Tennis Integrity Unit Bans 3 Thai Chair Umpires for Life

Sunday, October 7th, 2018 | Written by April Bergman
Tennis Integrity Unit Bans 3 Thai Chair Umpires for Life

The Tennis Integrity Unit banned three Thai chair umpires from tennis for life after the three admitted to match-fixing. The three judges — Anucha Tongplew, Apisit Promchai, and Chitchai Srililai — admitted to wagering on the ITF Futures tournaments in 2017.

The ATP and WTA have taken a variety of steps to combat match-fixing in pro tennis over the past ten years. The chief step was to create the Tennis Integrity Unit in 2008, after rumors swirled in the tennis media that players might be involved in match-fixing.

The Tennis Integrity Unity polices activity on the ATP, WTP, International Tennis Federation (ITF), and all four Grand Slam tennis tournaments: the Australian Open, French Open, Wimbledon, and U.S. Open.

Davydenko v. Vassallo

Major questions arose about Nikolay Davydenko, a Top 10 player on the ATP during the decade of the 2000s, in 2008. During a 2007 Polish Open match between Davydenko and Martin Vassallo, suspicious betting activity took place. Betfair voided all bets for the match and the tennis media published many stories questioning Davydenko, who had been the World No. 3 as recently as November 2006.

Eventually, Davydenko had his name cleared in 2016, but rumors of match-fixing hounded him for years. Part of the scandal was the fact Nikolay Davydenko was from Russia, because a number of Russian NHL hockey players have complained over the years of attempts by organized crime back in Russia to get them to throw hockey matches. When a series of suspicious bets came from Russia (and Northern Italy), Betfair took notice.

Nikolay Davydenko was a fantastically successful pro tennis player. He played in four Grand Slam finals, won three ATP World Series, and the 2009 ATP Masters Series. Davydenko generated enough winnings in tennis he had little to gain and a lot to lose by fixing matches. While he might have been extorted into doing so by the Russian mob, it is unlikely he ever would have entered into such a scheme willingly. The ATP found the charges against him lacked credibility.

ITF Futures Tournament Match Fixing

The truth is, most match-fixing is going to take place at lower level events. The ITF Futures Tournament is just the kind of event one would expect to find match-fixing taking place. The players are high enough up the hierarchy of tennis to make their matches notable. Local bettors might place wagers on the ITF-organized events.

At the same time, judges and players do not make enough cash to make match-fixing prohibitive.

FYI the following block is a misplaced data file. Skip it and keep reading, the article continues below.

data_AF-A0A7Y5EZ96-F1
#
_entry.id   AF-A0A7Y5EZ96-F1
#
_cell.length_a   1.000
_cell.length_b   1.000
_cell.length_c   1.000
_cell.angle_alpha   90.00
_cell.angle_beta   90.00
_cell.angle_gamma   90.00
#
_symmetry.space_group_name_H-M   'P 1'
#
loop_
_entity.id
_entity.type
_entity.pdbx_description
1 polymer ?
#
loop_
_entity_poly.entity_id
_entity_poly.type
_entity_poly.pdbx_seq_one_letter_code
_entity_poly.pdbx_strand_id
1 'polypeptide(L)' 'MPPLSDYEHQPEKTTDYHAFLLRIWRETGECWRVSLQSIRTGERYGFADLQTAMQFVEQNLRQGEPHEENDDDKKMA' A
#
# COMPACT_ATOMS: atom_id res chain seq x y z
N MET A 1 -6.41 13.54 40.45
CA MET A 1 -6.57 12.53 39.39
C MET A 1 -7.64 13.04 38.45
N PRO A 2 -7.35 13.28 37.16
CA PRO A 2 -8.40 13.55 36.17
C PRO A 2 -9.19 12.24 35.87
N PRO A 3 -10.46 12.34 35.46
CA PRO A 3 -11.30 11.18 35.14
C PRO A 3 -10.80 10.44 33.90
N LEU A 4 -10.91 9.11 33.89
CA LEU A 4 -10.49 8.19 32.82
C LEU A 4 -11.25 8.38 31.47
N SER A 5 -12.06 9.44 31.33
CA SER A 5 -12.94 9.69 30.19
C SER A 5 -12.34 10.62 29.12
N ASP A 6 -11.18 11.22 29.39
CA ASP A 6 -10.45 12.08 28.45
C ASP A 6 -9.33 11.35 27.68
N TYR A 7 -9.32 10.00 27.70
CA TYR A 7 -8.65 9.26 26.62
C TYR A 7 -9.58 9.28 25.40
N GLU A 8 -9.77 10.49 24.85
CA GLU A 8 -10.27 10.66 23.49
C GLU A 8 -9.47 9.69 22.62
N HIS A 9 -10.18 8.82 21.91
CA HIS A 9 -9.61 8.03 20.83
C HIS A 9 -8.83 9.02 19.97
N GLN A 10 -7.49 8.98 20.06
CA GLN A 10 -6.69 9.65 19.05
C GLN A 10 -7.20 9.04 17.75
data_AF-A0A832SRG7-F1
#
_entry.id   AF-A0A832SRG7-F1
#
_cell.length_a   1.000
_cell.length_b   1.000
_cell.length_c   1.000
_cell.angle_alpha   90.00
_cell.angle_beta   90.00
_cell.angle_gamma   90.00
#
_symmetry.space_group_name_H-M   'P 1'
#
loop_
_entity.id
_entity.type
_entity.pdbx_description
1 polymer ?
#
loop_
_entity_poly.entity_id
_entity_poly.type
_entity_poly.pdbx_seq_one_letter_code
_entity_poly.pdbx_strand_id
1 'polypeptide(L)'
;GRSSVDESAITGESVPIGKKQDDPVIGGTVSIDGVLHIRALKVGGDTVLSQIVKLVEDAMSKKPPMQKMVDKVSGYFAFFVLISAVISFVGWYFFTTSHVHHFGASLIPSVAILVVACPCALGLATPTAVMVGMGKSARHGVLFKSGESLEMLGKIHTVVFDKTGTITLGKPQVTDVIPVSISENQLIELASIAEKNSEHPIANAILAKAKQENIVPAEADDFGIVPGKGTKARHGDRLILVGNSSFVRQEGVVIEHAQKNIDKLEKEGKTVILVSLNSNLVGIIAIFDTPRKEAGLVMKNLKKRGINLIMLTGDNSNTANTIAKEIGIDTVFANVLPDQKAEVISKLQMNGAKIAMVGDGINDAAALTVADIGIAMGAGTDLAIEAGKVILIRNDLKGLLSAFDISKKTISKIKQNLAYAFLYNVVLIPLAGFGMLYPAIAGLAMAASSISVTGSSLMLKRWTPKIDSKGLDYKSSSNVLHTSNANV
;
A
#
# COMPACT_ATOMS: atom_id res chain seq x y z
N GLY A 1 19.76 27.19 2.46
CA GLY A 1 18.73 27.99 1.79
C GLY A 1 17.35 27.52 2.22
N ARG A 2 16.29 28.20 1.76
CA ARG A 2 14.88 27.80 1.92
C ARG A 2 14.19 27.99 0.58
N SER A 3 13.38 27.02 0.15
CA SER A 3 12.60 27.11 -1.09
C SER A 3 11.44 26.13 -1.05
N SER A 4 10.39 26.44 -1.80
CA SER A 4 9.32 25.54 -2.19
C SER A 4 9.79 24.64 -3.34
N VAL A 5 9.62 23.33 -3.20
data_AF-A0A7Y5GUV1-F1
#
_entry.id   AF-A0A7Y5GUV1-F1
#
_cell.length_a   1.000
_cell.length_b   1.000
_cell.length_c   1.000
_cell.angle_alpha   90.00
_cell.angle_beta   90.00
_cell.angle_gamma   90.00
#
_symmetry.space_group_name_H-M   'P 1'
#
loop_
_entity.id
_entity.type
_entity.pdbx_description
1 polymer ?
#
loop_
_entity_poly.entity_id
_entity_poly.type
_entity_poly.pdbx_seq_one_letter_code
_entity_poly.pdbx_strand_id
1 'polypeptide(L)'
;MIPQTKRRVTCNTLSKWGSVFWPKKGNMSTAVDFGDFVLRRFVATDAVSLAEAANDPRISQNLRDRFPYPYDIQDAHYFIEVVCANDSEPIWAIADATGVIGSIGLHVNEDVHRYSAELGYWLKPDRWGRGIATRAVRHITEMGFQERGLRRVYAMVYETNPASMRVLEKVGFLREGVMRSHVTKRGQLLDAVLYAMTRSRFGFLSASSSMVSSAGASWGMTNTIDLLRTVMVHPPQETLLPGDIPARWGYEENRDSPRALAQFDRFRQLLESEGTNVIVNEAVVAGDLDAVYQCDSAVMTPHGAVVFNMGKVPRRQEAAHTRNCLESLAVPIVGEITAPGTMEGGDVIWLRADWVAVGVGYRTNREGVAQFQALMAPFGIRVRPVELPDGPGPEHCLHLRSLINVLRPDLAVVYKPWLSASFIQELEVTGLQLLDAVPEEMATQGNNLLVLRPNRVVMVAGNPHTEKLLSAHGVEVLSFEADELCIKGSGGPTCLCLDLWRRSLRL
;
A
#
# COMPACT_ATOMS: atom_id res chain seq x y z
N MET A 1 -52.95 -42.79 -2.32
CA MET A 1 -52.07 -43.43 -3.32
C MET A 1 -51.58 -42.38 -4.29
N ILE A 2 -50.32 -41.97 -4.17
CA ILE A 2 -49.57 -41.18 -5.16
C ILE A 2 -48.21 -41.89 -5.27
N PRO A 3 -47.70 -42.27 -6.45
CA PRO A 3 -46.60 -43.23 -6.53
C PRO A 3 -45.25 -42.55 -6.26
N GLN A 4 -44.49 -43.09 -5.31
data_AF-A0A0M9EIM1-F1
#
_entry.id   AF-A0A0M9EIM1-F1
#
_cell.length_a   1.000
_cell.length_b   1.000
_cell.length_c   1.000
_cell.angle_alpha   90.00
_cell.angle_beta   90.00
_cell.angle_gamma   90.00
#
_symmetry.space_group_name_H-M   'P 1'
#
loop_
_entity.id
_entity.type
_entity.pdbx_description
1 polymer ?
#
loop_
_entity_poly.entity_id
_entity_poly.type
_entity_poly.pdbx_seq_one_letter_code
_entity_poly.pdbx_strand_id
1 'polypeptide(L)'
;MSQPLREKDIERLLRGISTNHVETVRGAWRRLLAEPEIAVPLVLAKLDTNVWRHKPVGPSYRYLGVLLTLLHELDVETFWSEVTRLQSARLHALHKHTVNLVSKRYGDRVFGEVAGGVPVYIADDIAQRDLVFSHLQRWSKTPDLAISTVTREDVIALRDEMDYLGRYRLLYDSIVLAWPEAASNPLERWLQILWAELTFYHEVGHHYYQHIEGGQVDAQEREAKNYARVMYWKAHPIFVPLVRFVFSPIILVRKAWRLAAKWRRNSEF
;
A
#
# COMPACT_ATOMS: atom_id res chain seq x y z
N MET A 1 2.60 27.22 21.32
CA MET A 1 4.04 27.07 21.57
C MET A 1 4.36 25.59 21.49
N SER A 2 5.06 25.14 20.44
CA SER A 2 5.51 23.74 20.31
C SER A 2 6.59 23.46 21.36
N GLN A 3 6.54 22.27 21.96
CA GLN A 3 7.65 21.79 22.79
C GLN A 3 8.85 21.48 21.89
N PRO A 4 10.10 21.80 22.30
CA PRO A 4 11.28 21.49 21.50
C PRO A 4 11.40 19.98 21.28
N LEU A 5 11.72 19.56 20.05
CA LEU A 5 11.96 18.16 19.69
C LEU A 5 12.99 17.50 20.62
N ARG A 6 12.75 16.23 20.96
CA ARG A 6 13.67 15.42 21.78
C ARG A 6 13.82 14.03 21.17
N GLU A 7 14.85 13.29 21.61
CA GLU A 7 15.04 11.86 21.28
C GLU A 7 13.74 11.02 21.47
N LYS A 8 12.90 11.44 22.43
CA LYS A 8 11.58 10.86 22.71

Djokovic Claimed Fixers Tried to Get to Him

Event at the ATP and WTA level, match fixers likely try to get to players. At the beginning of the 2016 Australian Open, then-World No. 1 player Novak Djokovic recounted an attempt by match fixers to get to him at the St. Petersburg Open years before.

While he did not give full details of how the attempt was made, Djokovic made it clear that it was early in his career when he might have needed money, though he was adamant he never threw matches. It also was after Djokovic had beat top players, so his matches were more in doubt than matches with qualifiers might be.

Anyone who knows of Novak Djokovic’s intense drive since the time he was 12-years old to improve his tennis game and be a world’s class player knows Djokovic would not throw matches, but the fact fellow players like Fabrice Santoro had to come to Djokovic’s defense shows how even the whiff of scandal can taint a player’s reputation.

10 Players Flagged to TIU

In that same year, a joint BBC-Buzzfeed report said bookmakers had “repeatedly flagged to the Tennis Integrity Unit” 10 players on the ATP and WTA. The report stated that the list of players included “Grand Slam winners”. Any such accusations, if proven credible, would have been damaging to the sport of tennis in a profound way.

At the time, the New Zealand Herald wrote an article that described all the ways a professional tennis match could be fixed.

One of the ways stated was “spot fixing“, where, much like in cricket, a player throws a wager during a particular spot of the match. That type of cheating was a great concern in 2016, because live in-play betting was becoming a concern to ATP and WTO officials.

High rollers would hire spotters to attend tennis matches, then give quick updates of results. According to some major media stories at the time, tennis sitters could relay results quick enough to high rollers they could get off a bet before online betting sites’ software stopped betting — giving them sure things.

Sportradar’s Improvements to Online Betting

Two years later, most online sports betting sites use Sportradar or another sports data collection service to speed up their collation. Tennis no longer has stories about paid spotters in the crowd texting results to high rollers. Instead, cheaters have to gain an edge the old-fashioned way — by paying off either players or judges.

In many ways, chair umpires taking bribes to fix matches is even more devious and toxic. When players throw matches, at least they are making a conscious decision to put their career at risk. When a chair umpire fixes a match, they are playing with the careers of up-and-coming players. Such decisions can derail lives and careers of young athletes, who already deal with incredible pressures to achieve at an early age.